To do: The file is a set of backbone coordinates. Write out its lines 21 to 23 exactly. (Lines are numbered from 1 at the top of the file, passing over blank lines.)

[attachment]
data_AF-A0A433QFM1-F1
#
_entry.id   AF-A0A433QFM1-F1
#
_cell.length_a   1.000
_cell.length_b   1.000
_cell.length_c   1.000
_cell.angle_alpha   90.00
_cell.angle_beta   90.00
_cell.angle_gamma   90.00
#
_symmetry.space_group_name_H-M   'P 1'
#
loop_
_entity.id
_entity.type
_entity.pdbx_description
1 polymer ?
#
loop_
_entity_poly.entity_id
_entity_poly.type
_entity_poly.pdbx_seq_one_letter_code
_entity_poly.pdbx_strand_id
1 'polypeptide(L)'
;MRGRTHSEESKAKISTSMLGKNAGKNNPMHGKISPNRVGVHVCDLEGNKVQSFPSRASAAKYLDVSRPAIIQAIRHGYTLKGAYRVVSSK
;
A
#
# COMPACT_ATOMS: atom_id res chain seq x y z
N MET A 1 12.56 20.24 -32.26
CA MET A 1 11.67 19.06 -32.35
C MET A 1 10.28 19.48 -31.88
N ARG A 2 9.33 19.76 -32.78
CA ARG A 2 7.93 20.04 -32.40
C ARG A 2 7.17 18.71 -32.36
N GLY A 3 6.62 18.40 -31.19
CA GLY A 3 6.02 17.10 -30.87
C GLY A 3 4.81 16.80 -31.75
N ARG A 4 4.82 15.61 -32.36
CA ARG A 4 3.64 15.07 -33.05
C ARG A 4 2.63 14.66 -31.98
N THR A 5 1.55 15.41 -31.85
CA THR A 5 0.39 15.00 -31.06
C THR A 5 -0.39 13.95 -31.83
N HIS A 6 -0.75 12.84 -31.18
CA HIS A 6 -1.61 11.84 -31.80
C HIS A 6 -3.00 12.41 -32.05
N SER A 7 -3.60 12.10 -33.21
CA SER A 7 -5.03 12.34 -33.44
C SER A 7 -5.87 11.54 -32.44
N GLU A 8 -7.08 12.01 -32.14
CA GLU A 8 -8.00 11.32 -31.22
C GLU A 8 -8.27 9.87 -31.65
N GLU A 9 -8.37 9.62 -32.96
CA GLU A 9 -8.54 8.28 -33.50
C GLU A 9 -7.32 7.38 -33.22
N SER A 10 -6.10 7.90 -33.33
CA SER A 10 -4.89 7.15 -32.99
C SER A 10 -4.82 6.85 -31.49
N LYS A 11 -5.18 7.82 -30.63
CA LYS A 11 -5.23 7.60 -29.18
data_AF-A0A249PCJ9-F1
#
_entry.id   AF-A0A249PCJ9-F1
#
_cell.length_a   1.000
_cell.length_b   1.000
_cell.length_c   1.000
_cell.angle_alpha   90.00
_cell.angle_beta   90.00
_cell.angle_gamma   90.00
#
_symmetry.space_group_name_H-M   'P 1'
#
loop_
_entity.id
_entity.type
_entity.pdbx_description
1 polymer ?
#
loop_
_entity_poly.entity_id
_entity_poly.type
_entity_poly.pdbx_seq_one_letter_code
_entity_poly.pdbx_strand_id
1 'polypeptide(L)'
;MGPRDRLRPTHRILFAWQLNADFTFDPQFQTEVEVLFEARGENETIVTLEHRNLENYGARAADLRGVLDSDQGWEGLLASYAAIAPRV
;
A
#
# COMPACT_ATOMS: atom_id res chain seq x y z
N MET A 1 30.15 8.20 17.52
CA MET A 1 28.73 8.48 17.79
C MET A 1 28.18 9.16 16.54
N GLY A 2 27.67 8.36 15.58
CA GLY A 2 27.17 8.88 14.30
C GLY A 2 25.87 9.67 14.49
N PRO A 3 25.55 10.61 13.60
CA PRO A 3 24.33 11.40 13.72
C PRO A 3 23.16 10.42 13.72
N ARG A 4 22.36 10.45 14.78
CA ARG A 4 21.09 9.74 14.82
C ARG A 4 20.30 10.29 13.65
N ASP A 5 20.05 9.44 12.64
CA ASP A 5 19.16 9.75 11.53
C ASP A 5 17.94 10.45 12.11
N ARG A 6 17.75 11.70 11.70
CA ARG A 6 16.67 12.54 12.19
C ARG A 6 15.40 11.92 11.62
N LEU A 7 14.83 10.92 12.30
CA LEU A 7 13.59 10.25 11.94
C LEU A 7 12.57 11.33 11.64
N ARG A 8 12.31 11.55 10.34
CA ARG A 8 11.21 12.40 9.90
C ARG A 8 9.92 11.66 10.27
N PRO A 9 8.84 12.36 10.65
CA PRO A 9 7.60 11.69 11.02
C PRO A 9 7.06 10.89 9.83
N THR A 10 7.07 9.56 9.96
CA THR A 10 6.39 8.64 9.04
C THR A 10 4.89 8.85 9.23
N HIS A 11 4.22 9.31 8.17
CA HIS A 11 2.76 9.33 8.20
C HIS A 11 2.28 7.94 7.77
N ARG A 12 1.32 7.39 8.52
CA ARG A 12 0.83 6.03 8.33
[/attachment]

_entity_poly.entity_id
_entity_poly.type
_entity_poly.pdbx_seq_one_letter_code